.... Oh, just go look at the comparisions at ... You decide:-).

-- Glenn

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What to use may depend in part of what OS you run on your production servers. If those were to be RHEL 3.0 it might make sense to use 3.0 WS + Apache/PHP/etc built from the SRPMS for 3.0 (or 3.0 ES) to be sure of being compatible with the production servers. We are transitioning to RHEL for all of our servers and will either use WS or ES on the machines that the developers use. One pleasant aspect of RHEL 3.0 is that initial testing shows it to be noticably faster than RH 9 on the same hardware,
SuSE is pretty good ... unfortunatley one needs to purchase the box (even though its free) because

a)  Its not available for download
b)  There are tooooo many CD's included in the distribution.

I was a loyal SuSE user until RH 8.1 came out ... afterwards I became a RH9 fan and now ... well, back to SuSE !
Jim, do you build all the rpm of WS... What about the "supporting" install stuff? I saw it as "too much work" (remember people that I'm the defenition of lazy:) to get something "installable". Main problem would be booting (of course)... Do you use the RH9 "framework", and do a network install? It would be ... interresting:-).

Jconde, SuSE is available, only not as easily as most others:-)... No ready to run ISOs... Unless you plan to use a real old version for some non-ix86 platform.
I've seen both network installs, and (horrenduous(sp?) amount of fiddling) "reconstruction" of the ISOs... Not pretty, but doable.

-- Glenn
Jim, strike that... If you have EL3.0, you'd have all the framework you need.

-- Glenn
I didn't mean to imply that I'd build WS from source rpms, only that I add things to WS that a developer might need from the source rpms of ES. The Enterprise workstation doesn't include any of the server packages, but my web developers like to be able to test their code on their local workstation before committing the code to one of our ES servers. Since I'd like for their test environment to be as close as possible to the server environment and since I don't want to pay for ES on a developer's system, usig the source rpms from ES to build Apache, PHP, Postgres, and/or MySQL is a reasonable solution.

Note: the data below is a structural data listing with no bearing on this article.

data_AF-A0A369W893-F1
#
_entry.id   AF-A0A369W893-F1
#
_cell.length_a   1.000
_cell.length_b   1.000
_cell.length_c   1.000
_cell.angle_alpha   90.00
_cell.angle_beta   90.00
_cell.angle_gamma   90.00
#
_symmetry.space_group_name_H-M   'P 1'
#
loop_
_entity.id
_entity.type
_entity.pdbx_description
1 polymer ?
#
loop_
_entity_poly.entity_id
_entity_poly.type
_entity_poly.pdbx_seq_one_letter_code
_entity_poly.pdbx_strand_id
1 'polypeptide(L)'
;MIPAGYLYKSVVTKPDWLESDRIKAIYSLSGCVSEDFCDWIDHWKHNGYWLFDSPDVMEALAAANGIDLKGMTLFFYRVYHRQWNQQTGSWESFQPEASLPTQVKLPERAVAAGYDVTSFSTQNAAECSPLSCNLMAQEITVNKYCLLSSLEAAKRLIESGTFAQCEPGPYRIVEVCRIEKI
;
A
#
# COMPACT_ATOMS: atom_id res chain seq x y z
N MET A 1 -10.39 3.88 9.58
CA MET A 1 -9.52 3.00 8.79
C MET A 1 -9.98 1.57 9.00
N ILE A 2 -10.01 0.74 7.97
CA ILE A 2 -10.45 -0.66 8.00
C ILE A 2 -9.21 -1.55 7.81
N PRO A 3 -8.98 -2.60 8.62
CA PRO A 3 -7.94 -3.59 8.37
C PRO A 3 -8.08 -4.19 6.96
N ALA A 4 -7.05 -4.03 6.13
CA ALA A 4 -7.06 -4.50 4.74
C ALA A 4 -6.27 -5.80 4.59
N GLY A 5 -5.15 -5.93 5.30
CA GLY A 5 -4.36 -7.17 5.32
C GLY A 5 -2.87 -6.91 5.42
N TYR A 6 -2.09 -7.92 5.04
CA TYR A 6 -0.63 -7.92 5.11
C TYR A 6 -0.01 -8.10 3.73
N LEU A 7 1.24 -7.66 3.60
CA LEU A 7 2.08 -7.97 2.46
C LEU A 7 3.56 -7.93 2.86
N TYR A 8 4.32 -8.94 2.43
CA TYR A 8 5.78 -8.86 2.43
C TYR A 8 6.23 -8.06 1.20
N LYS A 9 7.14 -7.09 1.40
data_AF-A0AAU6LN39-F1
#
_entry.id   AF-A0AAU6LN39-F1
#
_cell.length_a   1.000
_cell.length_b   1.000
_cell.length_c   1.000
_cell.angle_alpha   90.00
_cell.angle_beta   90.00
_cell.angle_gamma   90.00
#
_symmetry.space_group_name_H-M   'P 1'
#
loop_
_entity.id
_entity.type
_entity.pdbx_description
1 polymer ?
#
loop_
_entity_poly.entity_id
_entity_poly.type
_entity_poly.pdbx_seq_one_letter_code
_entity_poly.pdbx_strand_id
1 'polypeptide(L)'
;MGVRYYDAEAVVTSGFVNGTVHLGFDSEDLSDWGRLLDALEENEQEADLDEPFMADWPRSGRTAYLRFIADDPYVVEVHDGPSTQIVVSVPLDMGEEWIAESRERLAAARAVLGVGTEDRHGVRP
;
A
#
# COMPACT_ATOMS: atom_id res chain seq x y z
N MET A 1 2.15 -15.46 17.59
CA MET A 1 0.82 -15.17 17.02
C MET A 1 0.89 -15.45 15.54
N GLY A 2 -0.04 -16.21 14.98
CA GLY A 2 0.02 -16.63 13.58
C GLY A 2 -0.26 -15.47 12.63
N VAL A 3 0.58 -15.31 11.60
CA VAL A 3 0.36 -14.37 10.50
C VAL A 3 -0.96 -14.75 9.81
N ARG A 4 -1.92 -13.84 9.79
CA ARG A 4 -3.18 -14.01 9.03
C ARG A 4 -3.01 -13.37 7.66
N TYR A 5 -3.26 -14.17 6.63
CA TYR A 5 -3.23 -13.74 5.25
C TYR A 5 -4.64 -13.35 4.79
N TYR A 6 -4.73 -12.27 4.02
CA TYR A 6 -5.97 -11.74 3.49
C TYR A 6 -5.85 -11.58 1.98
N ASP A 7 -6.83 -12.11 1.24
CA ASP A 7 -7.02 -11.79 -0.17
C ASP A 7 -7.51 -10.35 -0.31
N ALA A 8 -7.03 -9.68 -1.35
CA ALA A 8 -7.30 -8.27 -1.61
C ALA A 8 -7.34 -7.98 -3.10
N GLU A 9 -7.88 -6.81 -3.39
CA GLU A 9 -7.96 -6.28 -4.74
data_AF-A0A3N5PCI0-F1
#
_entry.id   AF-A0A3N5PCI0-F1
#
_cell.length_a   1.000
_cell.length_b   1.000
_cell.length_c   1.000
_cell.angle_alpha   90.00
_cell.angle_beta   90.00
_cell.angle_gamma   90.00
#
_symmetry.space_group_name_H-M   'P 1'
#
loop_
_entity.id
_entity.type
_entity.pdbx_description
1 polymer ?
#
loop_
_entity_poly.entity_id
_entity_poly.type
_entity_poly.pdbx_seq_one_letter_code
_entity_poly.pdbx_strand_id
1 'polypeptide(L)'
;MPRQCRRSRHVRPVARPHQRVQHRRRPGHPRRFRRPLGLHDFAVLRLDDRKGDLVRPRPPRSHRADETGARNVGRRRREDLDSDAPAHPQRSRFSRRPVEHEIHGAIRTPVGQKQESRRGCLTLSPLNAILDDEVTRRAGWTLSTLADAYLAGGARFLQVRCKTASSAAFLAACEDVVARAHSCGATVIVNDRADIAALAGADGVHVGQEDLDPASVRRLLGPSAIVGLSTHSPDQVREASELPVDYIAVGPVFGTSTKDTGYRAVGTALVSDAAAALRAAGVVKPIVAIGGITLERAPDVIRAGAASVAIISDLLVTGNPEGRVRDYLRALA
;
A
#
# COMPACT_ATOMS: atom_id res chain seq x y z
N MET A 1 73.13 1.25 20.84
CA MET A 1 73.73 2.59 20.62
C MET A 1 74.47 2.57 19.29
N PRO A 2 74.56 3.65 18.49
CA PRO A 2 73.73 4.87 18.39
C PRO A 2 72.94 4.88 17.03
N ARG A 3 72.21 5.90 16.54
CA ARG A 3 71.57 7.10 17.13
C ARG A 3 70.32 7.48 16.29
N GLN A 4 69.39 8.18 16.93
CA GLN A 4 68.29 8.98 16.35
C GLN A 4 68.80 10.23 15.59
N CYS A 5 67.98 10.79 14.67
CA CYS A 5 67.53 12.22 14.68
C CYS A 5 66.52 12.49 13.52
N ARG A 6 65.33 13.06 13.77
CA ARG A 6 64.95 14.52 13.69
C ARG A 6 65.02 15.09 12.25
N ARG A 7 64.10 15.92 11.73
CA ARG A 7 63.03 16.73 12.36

Ok, see your point.

-- Glenn
onestarAuthor Commented:
Thanks for the advice.
I guess its best to gvie them a try and see.
I think you'll probably like what RedHat has done with Enterprise Linux once you've tried it out. Compared to RedHat 9 (with all errata applied) it is noticably faster on the servers I've deployed it to. My only gripes with it right now are that the Postgres & MySQL servers aren't included in the distribution, but that's easily remedied by an 'rpmbuild...' of the source rpms.
I'd imagine you would be equally enamoured with a recent Mandrake. It's not just a good desktop these days, but actually work very nice in a server OS capacity.
Have fun installing!

-- Glenn
come on buddy  I dont beleive it.  Who cares if Red Hat is not available. We have lot of other Open Source OS .
I dont think it would be a problem as long as we are able to  get the upto date kernel.



You want to run a webserver to test apps before putting on a production server?  I have to ask why you are considering changing so quickly.  I think redhat is supporting updates until April of next year, all the time improving fedora.

I guess what I'm saying is that you have the time to see how this fedora thing works out, and see how redhat responds to all these concerns people have.  I run 2 machines with redhat 9, and I'm taking the "wait and see" approach.

sorry, i cant hold on ;)

now serious, i extremely recommend a look on <a href=''>Gentoo</a> the distro is a build on run, very nice, much better otimization, binaries without debug flags... It is a dream! Take a look.

Ps: It is nice to see some1 (better something) compiling OpenOffice... It is very very hard.
Rafael Cardoso
Several good recommendations... This'll have to be up to Onestar, or perhaps a delete - no refund.

-- Glenn
Several good recommendations... This'll have to be up to Onestar, or perhaps a delete - no refund.

-- Glenn
Glenn as you said some good recommendations why delete, PAQ'd with no refund will this better?
Well... If Onestar finds some use from the general good tips (or some more specific:-), then the question has some value, but else... I'm unsure of the value as a PAQ... Choice of distro is a very personal matter (and not that much about technology:-)... But sure, I could see it PAQ'd too.

-- Glenn
Karl Heinz KremerCommented:
No comment has been added lately, so it's time to clean up this TA.
I will leave a recommendation in the Cleanup topic area that this question is:
PAQ/No Refund
Please leave any comments here within the next four days.